The surprising science of happiness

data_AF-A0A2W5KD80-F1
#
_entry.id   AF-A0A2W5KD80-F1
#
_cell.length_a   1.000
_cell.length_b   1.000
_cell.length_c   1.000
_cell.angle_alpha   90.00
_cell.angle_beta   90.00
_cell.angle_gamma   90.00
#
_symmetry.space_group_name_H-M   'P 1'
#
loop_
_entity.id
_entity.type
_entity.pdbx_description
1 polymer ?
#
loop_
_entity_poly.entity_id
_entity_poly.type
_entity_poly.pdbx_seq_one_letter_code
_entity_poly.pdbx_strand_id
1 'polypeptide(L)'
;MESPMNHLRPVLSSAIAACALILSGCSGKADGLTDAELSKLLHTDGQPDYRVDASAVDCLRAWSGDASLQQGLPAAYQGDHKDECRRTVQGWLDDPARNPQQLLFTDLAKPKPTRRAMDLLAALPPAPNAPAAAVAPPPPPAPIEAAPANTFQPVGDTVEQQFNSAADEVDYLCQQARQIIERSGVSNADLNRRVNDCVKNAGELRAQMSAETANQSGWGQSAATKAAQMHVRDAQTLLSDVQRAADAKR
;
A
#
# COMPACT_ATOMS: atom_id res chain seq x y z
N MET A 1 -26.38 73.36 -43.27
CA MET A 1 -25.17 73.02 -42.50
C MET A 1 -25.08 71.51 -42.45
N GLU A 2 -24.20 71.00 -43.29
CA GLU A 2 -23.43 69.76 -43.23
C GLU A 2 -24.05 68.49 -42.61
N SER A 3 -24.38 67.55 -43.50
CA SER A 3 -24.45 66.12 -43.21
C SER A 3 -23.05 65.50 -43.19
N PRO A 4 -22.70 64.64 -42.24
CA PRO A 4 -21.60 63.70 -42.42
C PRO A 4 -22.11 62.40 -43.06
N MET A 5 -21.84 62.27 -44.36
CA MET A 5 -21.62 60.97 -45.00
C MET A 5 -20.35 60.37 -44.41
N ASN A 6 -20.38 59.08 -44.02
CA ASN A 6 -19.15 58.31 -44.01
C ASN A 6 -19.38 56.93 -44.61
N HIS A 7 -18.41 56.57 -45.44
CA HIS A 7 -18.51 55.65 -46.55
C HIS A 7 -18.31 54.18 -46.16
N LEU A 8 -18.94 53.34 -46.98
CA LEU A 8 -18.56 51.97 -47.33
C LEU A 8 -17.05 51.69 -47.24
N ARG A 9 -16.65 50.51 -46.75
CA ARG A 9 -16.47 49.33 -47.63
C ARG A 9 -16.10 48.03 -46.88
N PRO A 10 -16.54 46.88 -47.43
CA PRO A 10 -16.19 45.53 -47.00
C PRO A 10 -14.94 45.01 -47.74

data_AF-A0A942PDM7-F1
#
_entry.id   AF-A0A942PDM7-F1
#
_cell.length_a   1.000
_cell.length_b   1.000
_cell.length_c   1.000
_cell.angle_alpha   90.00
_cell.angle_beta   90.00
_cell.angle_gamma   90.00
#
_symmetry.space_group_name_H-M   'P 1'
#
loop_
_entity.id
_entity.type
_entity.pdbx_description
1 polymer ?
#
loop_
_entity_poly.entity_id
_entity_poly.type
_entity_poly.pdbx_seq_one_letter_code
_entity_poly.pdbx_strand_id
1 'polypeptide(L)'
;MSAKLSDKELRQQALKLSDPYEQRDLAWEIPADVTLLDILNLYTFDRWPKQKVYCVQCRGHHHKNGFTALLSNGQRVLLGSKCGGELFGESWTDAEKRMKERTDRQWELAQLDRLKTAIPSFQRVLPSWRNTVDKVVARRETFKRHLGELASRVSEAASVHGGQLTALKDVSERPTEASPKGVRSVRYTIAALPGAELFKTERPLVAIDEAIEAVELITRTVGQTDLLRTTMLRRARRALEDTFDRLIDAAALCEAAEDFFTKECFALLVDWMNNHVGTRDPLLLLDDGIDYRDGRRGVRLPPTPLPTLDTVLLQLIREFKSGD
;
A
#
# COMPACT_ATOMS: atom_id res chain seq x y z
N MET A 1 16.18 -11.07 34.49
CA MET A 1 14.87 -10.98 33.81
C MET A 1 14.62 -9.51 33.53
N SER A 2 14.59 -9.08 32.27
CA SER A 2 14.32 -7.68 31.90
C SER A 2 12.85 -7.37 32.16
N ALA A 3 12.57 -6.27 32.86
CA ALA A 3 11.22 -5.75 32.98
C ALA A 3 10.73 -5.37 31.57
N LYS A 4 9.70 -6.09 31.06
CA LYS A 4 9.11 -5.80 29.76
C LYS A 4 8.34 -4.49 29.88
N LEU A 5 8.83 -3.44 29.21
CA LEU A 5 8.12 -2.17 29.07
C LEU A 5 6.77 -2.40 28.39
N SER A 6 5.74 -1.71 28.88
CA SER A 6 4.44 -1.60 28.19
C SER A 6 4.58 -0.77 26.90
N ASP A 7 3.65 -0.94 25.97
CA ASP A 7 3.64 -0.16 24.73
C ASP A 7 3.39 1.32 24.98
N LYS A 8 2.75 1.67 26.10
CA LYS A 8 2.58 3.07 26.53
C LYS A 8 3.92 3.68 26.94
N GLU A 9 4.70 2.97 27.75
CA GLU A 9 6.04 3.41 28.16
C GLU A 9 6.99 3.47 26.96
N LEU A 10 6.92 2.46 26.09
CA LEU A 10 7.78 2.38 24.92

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After a century of researching how to treat mental illnesses, scientists have begun to investigate what makes us happy. What did they discover? We will critically examine the findings of the new science of happiness, including research in cognitive science, evolutionary biology, psychology, and neuroscience, and reveal how this work changes our understanding of what happiness is, the best ways to achieve and increase it, the role of circumstance in its occurrence, its effect on our physical health, and its place in human nature. We’ll look at the concept of a biologically determined “hedonic set point” and wonder if there are people who “started in life with a bottle or two of champagne inscribed to their credit; whilst others seem to have been born close to the pain threshold,” as William James observed over a century ago. We’ll look at how the brain’s reward circuitry generates feelings of pleasure, desire, comfort, and craving, as well as how it motivates us to achieve biologically meaningful goals. Among the questions we will consider are: What is the purpose of happiness? Is it possible to make oneself happier with conscious effort? What are some of the common misconceptions about happiness? Finally, is happiness a worthwhile goal in life? We will attempt to build a “happiness toolkit” by highlighting the most rigorous and promising work in this field. The seminar will be didactic, interactive, and experiential, and will serve as an introduction to a new field of scientific inquiry.